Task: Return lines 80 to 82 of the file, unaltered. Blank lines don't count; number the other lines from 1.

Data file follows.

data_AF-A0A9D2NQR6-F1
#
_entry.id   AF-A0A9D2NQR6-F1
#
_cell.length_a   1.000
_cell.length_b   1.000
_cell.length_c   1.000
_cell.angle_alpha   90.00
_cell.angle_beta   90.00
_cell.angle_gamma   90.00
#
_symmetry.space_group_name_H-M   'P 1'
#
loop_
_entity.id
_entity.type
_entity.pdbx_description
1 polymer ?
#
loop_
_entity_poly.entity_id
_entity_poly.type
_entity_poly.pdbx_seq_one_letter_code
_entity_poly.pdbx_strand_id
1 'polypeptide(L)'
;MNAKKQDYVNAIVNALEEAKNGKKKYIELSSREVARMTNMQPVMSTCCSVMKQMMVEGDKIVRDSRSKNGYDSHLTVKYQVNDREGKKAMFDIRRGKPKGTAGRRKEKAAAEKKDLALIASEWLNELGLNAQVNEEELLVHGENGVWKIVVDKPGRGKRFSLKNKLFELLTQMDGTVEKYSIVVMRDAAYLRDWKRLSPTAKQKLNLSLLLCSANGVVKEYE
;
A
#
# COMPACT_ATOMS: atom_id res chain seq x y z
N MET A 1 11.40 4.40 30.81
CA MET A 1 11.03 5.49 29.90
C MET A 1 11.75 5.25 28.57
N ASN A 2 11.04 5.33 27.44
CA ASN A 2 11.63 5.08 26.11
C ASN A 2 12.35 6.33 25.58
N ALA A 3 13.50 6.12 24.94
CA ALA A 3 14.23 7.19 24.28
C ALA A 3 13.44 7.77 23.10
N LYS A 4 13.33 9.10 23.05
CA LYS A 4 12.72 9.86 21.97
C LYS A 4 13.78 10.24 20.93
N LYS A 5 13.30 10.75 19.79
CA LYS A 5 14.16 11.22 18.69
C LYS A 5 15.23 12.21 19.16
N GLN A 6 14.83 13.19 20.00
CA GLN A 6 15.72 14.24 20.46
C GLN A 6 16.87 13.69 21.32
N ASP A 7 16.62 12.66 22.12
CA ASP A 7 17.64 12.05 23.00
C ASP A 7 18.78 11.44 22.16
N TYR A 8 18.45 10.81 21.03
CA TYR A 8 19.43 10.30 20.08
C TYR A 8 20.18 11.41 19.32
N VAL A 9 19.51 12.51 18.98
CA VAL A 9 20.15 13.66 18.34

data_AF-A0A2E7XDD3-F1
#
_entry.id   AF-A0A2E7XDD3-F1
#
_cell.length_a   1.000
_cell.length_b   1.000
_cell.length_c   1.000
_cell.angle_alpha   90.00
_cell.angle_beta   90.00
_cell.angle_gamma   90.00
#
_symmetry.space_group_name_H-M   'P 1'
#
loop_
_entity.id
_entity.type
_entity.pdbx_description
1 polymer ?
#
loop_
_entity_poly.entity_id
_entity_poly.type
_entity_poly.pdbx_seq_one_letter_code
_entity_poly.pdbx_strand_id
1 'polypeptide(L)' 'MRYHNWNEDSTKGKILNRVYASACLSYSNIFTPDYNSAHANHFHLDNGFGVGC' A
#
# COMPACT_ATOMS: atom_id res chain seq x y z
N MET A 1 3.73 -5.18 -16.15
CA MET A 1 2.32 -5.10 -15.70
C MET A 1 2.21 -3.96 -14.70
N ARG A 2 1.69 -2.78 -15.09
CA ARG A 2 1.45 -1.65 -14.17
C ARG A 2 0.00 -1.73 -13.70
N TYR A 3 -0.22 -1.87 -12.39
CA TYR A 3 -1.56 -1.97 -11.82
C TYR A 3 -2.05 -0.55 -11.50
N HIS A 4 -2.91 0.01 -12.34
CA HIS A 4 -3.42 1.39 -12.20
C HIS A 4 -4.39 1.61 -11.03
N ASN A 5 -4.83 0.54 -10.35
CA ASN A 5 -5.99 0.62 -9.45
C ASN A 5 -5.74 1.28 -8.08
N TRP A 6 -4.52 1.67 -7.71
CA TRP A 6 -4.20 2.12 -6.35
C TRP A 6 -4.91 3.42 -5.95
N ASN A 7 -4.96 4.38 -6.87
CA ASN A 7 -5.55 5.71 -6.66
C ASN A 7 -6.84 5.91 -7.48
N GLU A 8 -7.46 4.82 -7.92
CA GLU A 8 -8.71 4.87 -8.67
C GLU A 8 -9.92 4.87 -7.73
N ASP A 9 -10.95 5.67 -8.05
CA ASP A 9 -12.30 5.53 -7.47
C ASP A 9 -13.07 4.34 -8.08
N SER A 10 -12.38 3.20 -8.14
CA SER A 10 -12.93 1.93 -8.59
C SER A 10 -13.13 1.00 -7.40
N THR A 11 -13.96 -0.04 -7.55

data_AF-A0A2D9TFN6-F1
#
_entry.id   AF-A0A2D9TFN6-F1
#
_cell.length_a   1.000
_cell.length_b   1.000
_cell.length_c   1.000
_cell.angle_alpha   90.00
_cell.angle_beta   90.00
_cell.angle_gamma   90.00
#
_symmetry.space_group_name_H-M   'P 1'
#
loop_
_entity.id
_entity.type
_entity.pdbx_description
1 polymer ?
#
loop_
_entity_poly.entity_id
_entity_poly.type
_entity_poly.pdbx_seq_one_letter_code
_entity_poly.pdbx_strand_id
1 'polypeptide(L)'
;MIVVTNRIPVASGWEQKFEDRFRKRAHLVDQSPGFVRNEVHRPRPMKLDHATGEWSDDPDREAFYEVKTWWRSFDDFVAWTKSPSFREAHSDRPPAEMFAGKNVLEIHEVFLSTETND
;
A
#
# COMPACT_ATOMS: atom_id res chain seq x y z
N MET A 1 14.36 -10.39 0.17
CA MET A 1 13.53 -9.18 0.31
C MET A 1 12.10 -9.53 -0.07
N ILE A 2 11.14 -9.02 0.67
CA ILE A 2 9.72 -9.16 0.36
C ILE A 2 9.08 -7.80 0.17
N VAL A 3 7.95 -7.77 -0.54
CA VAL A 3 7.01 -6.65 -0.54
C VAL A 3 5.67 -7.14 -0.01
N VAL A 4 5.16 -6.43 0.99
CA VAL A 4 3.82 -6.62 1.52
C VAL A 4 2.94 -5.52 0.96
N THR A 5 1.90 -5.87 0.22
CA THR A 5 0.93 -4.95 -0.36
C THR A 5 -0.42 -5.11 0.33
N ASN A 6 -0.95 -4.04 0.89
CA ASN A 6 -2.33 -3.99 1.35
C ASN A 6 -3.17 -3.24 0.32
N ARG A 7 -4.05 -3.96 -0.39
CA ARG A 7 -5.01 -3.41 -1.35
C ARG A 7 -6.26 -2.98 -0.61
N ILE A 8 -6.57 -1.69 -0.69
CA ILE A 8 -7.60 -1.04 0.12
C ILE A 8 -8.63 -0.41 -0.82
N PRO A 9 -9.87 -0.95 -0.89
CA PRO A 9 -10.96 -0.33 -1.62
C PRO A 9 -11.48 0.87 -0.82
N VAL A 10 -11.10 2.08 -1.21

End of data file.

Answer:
_entity_poly.pdbx_strand_id
1 'polypeptide(L)' 'MRYHNWNEDSTKGKILNRVYASACLSYSNIFTPDYNSAHANHFHLDNGFGVGC' A
#